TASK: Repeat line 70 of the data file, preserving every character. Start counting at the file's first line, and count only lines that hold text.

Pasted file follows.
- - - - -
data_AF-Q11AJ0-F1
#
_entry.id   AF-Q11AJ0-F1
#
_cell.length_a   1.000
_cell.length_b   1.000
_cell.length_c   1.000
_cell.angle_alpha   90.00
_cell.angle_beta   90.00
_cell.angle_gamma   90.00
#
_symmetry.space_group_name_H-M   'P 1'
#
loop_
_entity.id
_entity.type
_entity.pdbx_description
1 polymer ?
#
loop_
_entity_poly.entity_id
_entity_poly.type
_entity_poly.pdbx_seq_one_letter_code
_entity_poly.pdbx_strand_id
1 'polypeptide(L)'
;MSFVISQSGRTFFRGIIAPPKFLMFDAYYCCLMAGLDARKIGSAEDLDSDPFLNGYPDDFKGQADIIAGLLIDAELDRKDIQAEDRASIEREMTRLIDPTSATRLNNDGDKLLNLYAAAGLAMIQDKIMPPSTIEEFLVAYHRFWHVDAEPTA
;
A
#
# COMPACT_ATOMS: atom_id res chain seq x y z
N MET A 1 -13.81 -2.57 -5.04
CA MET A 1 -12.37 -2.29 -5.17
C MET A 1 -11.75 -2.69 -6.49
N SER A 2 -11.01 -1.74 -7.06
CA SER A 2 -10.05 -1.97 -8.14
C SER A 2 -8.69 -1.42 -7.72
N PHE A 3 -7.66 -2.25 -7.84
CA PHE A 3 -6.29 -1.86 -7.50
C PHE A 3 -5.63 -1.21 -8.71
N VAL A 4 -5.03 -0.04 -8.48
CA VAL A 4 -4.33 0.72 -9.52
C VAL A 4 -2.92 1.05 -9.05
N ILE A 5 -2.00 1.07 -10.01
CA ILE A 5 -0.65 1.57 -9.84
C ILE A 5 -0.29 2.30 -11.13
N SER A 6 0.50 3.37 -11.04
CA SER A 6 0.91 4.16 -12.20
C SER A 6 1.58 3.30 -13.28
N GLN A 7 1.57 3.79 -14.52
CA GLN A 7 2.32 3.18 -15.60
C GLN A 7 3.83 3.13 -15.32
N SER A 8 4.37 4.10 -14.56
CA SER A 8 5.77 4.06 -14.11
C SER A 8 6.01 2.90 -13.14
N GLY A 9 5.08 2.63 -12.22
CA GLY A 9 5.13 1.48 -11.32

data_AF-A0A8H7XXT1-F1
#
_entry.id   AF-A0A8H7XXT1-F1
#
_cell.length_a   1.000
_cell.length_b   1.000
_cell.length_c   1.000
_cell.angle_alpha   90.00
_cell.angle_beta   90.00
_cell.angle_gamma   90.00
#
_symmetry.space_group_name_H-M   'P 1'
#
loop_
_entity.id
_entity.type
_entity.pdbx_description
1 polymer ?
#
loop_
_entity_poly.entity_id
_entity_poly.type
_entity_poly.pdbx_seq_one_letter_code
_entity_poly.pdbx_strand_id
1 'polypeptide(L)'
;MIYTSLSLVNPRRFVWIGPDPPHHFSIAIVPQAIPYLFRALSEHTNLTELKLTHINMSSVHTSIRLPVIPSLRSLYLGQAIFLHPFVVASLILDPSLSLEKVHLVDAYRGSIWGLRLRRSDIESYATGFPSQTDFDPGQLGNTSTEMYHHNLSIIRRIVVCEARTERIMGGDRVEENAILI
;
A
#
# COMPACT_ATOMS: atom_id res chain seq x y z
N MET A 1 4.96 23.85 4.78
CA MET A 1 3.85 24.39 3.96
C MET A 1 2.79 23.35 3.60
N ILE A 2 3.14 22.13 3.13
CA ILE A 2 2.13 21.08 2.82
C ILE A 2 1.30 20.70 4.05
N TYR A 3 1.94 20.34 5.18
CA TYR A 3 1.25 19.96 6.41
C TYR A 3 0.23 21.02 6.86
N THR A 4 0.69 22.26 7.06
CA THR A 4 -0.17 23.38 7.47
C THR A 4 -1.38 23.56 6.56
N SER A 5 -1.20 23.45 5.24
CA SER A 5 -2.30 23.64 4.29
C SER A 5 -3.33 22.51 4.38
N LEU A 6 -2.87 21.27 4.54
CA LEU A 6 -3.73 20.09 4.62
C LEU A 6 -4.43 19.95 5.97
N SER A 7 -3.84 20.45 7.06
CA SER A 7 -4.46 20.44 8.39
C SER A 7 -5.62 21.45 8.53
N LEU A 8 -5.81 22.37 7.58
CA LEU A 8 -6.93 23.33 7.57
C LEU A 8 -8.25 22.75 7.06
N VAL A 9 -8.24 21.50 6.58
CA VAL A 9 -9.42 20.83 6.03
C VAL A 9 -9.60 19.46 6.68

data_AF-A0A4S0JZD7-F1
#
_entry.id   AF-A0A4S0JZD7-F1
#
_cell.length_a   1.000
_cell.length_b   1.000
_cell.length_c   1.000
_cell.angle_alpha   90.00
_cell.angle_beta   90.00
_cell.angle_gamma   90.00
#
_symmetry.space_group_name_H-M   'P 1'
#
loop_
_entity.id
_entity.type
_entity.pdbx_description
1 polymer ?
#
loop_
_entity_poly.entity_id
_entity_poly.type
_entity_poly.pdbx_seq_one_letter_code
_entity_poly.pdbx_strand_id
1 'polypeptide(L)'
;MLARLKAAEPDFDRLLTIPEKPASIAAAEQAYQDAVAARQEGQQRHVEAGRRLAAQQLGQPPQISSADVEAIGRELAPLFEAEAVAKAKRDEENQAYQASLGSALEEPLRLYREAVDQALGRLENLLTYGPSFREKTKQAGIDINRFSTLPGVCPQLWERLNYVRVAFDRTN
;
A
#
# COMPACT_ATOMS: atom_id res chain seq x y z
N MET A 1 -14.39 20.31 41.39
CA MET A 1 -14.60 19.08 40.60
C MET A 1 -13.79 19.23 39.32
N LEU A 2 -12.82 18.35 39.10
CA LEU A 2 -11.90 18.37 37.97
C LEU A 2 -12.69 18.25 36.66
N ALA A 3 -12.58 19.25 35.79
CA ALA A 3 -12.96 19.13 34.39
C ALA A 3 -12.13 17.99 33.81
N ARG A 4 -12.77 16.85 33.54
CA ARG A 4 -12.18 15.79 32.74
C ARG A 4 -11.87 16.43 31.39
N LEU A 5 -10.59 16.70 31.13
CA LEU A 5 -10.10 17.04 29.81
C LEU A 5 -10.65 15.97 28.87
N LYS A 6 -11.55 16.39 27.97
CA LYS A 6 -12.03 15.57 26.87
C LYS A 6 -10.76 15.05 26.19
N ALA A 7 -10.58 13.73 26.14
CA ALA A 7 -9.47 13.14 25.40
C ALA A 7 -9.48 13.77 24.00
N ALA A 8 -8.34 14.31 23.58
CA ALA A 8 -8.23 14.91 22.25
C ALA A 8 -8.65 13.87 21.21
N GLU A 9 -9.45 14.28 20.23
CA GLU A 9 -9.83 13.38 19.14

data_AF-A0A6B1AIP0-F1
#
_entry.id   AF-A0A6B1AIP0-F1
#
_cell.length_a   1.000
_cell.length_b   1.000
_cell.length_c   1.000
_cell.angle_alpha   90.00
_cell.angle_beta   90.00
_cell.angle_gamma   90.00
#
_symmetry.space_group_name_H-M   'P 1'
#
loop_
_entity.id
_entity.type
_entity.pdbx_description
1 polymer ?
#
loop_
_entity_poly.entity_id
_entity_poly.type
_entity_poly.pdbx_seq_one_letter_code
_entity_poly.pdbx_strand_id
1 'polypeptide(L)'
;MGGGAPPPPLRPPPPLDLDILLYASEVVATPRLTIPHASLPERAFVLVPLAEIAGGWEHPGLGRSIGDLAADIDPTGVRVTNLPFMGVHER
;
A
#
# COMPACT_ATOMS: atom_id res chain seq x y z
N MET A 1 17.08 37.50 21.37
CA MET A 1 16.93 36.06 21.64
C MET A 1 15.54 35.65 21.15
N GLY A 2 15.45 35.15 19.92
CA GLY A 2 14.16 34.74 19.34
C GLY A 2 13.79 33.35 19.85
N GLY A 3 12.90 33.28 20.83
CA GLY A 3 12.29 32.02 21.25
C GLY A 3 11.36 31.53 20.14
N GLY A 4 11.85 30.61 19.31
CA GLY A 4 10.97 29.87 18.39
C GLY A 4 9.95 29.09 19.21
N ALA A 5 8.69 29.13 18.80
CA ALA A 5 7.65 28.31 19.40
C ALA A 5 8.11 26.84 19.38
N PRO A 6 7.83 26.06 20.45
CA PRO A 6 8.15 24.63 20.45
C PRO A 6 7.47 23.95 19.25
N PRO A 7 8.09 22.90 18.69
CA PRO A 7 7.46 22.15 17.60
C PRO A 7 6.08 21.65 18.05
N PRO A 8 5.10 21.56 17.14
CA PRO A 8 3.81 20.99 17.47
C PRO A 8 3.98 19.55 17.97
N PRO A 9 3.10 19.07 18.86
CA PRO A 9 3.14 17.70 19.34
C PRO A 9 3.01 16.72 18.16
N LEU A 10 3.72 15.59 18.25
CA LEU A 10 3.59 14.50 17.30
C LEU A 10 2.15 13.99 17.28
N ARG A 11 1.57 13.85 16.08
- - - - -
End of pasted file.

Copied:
loop_